Old fashion words never go out of style, they just seem to be brushed aside. However, from Old-English to around your grandmother’s kitchen table, a person comes across these once familiar words like old friends. Although language is evolving, and word mutations have entered modern day language, it is not uncommon, especially for writers who wish to authenticate their jargon, to add flair and accuracy to their works.
And so, today’s blog plays tribute to the retired words, and like good soldiers they should not be forgotten. Whether you express yourself with brevity or tend to be long-winded, there is always room to rediscover.
Shameful perhaps, however, I hope it is more thought of as a helpful guide, I have slipped into my blog conversation my title, Once Upon a Time Words: Definitions of Often Read but Seldom Spoken Words. As you might imagine, I am a word lover.
Writing styles are affected by various attributes such as genre, time and culture settings, social backgrounds, personalities of the characters, and the mood of a scene. Fiction offers a distilled representation of the ways in which writers are among the most significant touchstones in another’s life. However, as much as a writer may have the zest and passion to write, there is always that time in the day when she or he asks “is this story any good?”
Today’s post is dedicated to those writers that could use a bit of push in the right direction. The rubric below may help you get back your confidence. Getting opinions are helpful, but self-guided direction may be the first step to improving your story.
Directions: Reread your story. What do you need to do to make it better? Use this rubric to help you decide. Check the sentences that describe your story.
The beginning makes my audience want to read more. It introduces the characters, the setting, and the problem.
The middle shows how the characters deal with the problem.
All of the events are in order and are important to the story.
The ending shows how the problem works out.
Details make the story come alive!
My characters have a voice, and the story sounds the way I wanted.
There are almost no mistakes in capitalization, punctuation, or spelling.
The beginning could be more interesting.
I haven’t told how the characters deal with the problem.
I forgot to include some important events.
The story doesn’t sound finished.
Details need to show, not tell, about the characters, events, and setting.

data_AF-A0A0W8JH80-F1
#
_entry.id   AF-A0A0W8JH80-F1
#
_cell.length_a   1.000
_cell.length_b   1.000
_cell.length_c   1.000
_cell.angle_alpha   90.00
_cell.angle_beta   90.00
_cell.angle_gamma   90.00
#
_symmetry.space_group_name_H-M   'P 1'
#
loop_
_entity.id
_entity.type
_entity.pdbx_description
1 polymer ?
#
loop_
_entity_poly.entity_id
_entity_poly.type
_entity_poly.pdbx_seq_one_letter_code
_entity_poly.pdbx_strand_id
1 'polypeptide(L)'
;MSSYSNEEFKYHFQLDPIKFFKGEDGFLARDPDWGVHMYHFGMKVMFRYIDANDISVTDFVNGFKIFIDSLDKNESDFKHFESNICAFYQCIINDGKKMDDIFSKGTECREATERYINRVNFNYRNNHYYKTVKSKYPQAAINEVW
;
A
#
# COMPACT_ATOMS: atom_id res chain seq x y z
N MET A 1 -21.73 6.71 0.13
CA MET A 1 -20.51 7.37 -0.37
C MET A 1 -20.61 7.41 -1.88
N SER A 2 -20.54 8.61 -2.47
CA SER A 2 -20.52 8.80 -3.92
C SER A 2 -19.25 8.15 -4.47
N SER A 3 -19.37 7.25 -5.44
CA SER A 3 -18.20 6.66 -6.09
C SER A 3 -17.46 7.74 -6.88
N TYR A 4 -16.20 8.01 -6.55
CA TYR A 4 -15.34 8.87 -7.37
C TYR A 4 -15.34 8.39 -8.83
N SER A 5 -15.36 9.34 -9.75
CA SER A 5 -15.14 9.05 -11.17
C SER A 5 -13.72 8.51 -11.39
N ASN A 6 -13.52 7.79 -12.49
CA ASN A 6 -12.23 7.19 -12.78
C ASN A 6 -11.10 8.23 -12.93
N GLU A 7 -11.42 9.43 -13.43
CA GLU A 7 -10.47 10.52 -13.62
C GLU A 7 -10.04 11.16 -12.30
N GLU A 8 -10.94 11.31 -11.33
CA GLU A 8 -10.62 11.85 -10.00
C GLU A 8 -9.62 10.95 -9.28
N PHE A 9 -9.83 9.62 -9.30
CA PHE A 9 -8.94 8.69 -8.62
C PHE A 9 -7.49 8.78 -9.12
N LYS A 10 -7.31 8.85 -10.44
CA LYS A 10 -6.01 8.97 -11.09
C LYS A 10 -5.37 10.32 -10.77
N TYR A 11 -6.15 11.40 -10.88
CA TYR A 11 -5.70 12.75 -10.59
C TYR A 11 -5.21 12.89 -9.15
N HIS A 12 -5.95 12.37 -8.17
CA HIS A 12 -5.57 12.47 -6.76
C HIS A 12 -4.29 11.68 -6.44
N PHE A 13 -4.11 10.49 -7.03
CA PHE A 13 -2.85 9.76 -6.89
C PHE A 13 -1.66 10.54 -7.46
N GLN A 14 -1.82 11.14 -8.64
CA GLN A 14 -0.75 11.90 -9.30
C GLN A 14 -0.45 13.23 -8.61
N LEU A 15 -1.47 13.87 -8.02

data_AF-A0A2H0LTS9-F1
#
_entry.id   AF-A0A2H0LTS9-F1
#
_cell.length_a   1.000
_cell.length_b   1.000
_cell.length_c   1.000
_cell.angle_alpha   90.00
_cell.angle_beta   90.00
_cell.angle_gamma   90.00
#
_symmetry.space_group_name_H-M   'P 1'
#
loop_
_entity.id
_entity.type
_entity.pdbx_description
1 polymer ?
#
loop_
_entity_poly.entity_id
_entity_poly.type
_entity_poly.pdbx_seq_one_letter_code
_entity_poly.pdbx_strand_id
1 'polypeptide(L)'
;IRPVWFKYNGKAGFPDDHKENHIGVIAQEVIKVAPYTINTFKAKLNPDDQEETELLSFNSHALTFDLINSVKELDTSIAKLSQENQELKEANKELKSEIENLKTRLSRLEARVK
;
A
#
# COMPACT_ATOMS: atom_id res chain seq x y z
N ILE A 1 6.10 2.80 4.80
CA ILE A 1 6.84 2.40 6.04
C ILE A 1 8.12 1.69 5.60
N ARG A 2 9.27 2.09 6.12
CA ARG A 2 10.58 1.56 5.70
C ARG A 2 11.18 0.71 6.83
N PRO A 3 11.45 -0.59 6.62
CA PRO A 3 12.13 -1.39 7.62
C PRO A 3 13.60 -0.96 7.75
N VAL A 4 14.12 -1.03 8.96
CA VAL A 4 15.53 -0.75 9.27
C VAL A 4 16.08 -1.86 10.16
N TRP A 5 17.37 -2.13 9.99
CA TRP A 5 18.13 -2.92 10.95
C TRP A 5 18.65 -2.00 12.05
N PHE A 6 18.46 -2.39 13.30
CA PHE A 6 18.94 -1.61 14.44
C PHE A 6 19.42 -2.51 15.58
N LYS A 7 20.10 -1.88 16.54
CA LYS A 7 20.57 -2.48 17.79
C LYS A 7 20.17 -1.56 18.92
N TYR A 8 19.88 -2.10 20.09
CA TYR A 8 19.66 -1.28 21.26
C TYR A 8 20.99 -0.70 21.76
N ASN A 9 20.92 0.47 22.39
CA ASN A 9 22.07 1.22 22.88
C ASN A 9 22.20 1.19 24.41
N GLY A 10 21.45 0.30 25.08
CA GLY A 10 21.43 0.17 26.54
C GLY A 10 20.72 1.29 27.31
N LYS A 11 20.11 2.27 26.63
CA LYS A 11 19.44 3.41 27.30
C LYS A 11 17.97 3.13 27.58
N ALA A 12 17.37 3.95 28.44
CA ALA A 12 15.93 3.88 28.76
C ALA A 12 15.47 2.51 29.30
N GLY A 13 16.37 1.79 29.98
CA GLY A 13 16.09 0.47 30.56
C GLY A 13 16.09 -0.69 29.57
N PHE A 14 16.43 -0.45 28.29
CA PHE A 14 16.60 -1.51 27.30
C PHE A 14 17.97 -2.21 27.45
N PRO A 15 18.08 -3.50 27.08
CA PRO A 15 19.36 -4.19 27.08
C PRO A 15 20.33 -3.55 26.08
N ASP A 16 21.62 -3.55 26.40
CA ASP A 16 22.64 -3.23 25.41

My story doesn’t sound the way I wanted.
There are a few mistakes.
Back to the drawing board
The beginning is boring.
There is no clear problem.
The story is confusing. Important events are left out.
The ending just stops. How does the problem work out?
Where can I add details?
My story is written in a dull, flat voice.
There are a lot of mistakes.
Wouldn’t it be nice if life had a rubric…but then perhaps it would be boring!
As more and more information comes to people by way of social media, their reaction to input has been, shall we say, varied, many times misguided, and more than often confused among the minutia of “stuff”. So, for those who may have forgotten or even never really digested the most primary of facts (as stipulated in the Constitution) regarding the United States branches of government; here is a rudimentary check list.
Today’s blog is dedicated to The Three Branches of Government.
Pretend that three people who weigh the same take turns on a seesaw. No matter which two people are on the seesaw at opposite ends, they are balanced. Our government is the same way. The three that take turns riding the seesaw are: –
(1) President – Executive Branch, (2) Legislative Branch, and (3) Supreme Court – Judicial Branch
How do these branches balance and check each other? Each branch has different powers from another branch. But each weighs the same.
Using the lists below you can imagine a seesaw to show how each branch balances the other.
Executive branch- President:
• Makes treaties with other nations
• Carries out laws
• Vetoes bills Congress passes if he thinks they are wrong
• Appoints judges in the Judicial Branch for a life term
• Writes the budget Congress:
Legislative Branch- Congress and Senate
• Makes laws
• Can override a President’s veto of a bill by 2/3 vote
• Can impeach (fire) a President for misconduct
• Must approve presidential appointments for judges and justices
• Gives the O.K. on budget spending and treaties
• Can remove judges from office for misconduct
Supreme Court- Judicial Branch
• Interprets laws
• May decide that some laws that Congress makes or decisions that the President make are not right according to the Constitution.
For whatever it is worth, take into consideration these facts and when confronted by a tide of media input, throw this out as a lifeboat and tow in the truth.